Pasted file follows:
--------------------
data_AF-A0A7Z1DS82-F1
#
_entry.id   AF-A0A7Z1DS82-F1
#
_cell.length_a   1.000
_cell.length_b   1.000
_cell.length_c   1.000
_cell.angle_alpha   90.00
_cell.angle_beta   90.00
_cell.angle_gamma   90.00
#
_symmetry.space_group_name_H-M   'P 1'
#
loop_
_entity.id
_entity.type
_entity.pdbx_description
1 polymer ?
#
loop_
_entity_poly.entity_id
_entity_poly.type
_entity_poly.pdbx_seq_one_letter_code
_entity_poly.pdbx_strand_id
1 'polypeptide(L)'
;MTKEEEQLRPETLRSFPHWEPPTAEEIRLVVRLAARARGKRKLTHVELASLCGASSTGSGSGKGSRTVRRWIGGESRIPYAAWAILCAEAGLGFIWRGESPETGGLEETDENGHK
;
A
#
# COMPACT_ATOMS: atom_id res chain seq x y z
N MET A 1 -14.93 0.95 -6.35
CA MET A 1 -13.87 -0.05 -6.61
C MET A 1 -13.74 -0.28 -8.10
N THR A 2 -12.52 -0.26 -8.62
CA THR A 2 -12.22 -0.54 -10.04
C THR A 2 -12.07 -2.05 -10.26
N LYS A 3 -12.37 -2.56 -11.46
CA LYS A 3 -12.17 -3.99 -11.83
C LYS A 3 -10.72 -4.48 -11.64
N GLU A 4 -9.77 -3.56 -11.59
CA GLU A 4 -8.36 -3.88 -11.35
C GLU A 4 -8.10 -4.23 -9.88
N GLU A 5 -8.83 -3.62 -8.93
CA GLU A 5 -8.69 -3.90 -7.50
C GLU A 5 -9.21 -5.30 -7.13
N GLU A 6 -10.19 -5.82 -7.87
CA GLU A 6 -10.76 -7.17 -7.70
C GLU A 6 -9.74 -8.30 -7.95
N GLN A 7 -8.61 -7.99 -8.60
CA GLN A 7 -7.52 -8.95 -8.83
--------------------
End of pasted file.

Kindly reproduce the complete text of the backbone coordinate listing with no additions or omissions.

data_AF-A0A7Z1DS82-F1
#
_entry.id   AF-A0A7Z1DS82-F1
#
_cell.length_a   1.000
_cell.length_b   1.000
_cell.length_c   1.000
_cell.angle_alpha   90.00
_cell.angle_beta   90.00
_cell.angle_gamma   90.00
#
_symmetry.space_group_name_H-M   'P 1'
#
loop_
_entity.id
_entity.type
_entity.pdbx_description
1 polymer ?
#
loop_
_entity_poly.entity_id
_entity_poly.type
_entity_poly.pdbx_seq_one_letter_code
_entity_poly.pdbx_strand_id
1 'polypeptide(L)'
;MTKEEEQLRPETLRSFPHWEPPTAEEIRLVVRLAARARGKRKLTHVELASLCGASSTGSGSGKGSRTVRRWIGGESRIPYAAWAILCAEAGLGFIWRGESPETGGLEETDENGHK
;
A
#
# COMPACT_ATOMS: atom_id res chain seq x y z
N MET A 1 -14.93 0.95 -6.35
CA MET A 1 -13.87 -0.05 -6.61
C MET A 1 -13.74 -0.28 -8.10
N THR A 2 -12.52 -0.26 -8.62
CA THR A 2 -12.22 -0.54 -10.04
C THR A 2 -12.07 -2.05 -10.26
N LYS A 3 -12.37 -2.56 -11.46
CA LYS A 3 -12.17 -3.99 -11.83
C LYS A 3 -10.72 -4.48 -11.64
N GLU A 4 -9.77 -3.56 -11.59
CA GLU A 4 -8.36 -3.88 -11.35
C GLU A 4 -8.10 -4.23 -9.88
N GLU A 5 -8.83 -3.62 -8.93
CA GLU A 5 -8.69 -3.90 -7.50
C GLU A 5 -9.21 -5.30 -7.13
N GLU A 6 -10.19 -5.82 -7.87
CA GLU A 6 -10.76 -7.17 -7.70
C GLU A 6 -9.74 -8.30 -7.95
N GLN A 7 -8.61 -7.99 -8.60
CA GLN A 7 -7.52 -8.95 -8.83